An Expert’s Tips for Helping Children Cope with Divorce

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Aug 12, 2015

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Couples divorce for myriad reasons, but most ultimately take the decision believing that ending the marriage will make their lives happier and their children’s lives more stable. This outcome requires hard work, often right at the moment many parents feel emotional and unsettled themselves. The way parents conduct themselves during and after a divorce, with respect to each other and their child, is the single most important factor of the child’s emotional well-being. Here are tips for helping children cope with divorce.

Tips for helping children cope with divorce

It starts with communicating the decision to divorce to your child clearly and firmly. Without explaining divorce to children, they will look for reasons on their own, and likely won’t hit on the right ones. Young children especially will internalize the change as their fault. So, when you and your partner choose to explain the reasons behind your separation/divorce*, be sure to:

Stress that the divorce is not your child’s fault.

Conveying the decision to part has nothing to do with your child goes a long way in helping children deal with divorce. Perhaps she has heard you arguing with each other over her homework and assumes the blame. She may have seen one parent shout at the other and wished the former would go away. Without being told differently, she may readily shoulder all the guilt for the divorce.

Reassure your child of your love.

Your child needs constant reassurance that, no matter what has happened to your love for each other, you both love him very much. It is crucial to helping kids deal with divorce that this be conveyed to them repeatedly.

Encourage your child to stay in touch with the other parent.

If one parent has moved out of the family home, you might explain, “Even though dad/mum is living apart, he/she will still come and see you. And you can go visit him/her whenever you want.” It may be difficult to follow through on this promise, but making sure this happens is essential to helping children cope with divorce.

Explain that all feelings are acceptable.

Explain to your child that feeling sad, angry, upset or lonely is all right and that she may feel all of these emotions at various times. It is the negative expression of these emotions – shouting, hitting, being rude – that is not acceptable.

Discourage hopes of reconciliation.

A lot of kids not only hope that their parents will get together again, but they try to achieve this as well. From the start, explain to your child that a reconciliation is unlikely to happen with phrases like: “We have tried hard in the past to make things work, and they have not.” It’s not pleasant to dash hopes, but in the long run it goes further in helping children deal with divorce.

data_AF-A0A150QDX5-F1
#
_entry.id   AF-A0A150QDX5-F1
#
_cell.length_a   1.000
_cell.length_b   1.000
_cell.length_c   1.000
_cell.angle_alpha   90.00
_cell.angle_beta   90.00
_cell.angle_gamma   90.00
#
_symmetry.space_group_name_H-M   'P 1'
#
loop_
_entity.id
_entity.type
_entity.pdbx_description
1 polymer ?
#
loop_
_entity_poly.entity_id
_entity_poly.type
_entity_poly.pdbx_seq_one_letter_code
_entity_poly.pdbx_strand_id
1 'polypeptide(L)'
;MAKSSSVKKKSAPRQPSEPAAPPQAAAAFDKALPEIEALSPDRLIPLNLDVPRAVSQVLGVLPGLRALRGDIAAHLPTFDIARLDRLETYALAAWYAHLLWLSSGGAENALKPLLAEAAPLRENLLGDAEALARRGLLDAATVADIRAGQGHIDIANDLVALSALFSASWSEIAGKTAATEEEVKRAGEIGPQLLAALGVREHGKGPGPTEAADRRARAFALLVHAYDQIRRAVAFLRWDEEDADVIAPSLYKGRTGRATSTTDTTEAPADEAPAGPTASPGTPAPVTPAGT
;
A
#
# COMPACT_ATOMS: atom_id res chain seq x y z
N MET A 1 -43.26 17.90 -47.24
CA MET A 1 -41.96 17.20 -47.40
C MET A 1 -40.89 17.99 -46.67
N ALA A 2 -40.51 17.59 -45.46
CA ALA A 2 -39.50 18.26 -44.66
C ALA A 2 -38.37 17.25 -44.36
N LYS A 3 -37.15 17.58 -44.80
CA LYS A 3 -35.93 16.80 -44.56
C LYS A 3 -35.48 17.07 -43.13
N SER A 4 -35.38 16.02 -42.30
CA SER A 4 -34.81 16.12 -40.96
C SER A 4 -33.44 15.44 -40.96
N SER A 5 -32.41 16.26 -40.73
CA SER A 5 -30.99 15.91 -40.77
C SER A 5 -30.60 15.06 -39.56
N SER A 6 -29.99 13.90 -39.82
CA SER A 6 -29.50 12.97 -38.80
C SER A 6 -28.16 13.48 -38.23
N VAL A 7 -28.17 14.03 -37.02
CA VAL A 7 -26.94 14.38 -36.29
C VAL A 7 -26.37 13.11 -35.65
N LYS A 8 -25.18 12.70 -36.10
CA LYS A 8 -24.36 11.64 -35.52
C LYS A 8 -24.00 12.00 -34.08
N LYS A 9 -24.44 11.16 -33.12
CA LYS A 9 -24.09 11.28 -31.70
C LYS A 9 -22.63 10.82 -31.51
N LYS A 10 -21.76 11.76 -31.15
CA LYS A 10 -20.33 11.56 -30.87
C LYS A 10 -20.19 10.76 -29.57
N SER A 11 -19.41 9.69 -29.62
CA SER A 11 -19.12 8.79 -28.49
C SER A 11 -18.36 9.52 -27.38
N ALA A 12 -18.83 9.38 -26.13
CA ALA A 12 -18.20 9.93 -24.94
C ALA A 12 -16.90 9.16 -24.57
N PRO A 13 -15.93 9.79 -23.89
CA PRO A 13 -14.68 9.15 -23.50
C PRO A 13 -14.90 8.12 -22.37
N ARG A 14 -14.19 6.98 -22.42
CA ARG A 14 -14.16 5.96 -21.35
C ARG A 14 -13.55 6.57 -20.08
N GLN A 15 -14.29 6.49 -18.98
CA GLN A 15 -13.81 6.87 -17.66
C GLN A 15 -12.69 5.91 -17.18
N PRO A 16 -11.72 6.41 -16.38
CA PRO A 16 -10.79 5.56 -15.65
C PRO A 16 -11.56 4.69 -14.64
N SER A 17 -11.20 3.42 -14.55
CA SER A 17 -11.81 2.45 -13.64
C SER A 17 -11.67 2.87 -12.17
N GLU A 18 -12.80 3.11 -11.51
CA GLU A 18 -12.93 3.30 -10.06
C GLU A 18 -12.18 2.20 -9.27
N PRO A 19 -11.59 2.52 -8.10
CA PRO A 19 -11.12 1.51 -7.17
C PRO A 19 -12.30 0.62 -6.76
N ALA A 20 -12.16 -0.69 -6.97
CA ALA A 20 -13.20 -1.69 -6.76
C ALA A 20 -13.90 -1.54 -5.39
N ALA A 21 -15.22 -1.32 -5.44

Appreciate the changes your child will go through.

Divorce can mean a lot of disruption in a child’s life, not just emotionally. Helping kids deal with divorce means recognizing and helping her adjust to changes in logistics, routines, etc. Try saying: “It can be tough getting used to things like a new home/new friends/new school. I am here for you and will help you as much as I can.”

Support your child in every way.

You may be grieving your own loss or feeling other strong emotions. But helping children cope with divorce is mostly about making them feel secure. Assure your child you will never desert her and will be there for her always.

Don’t try to turn your child against the other parent.

Turning the other parent into the ‘bad parent’ even you feel s/he is at fault in your personal narrative does nothing for helping children with divorce and can, in fact, make the experience much more difficult for them. Instead, try explaining the situation like this: “Many children’s parents divorce. It is not because one is good and the other bad. Our marriage did not end because dad/mum was bad and I was good. We both accept responsibility for the break-up.”

*This article assumes a scenario of separation/divorce wherein the child is not at risk of domestic abuse.

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Written By Dr. Pervin Dadachanji

Dr. Pervin Dadachanji is a practicing psychiatrist with a special interest in child and adolescent psychiatry. She completed her MBBS and M.D. (Psychiatry) from Seth G.S. Medical College and K.E.M. Hospital, Mumbai. She has also done a stint in the Child and Adolescent Psychiatry Department at The Royal Free Hospital, London. She has been in private practice since the past 20 years. She conducts parenting workshops for various parent groups, schools and nurseries in Mumbai. She also does workshops for children and adolescents on sexuality and body science. She has written a book called Recipes for Parenting and is consultant psychiatrist at Ummeed, a Child Development Centre in Mumbai.

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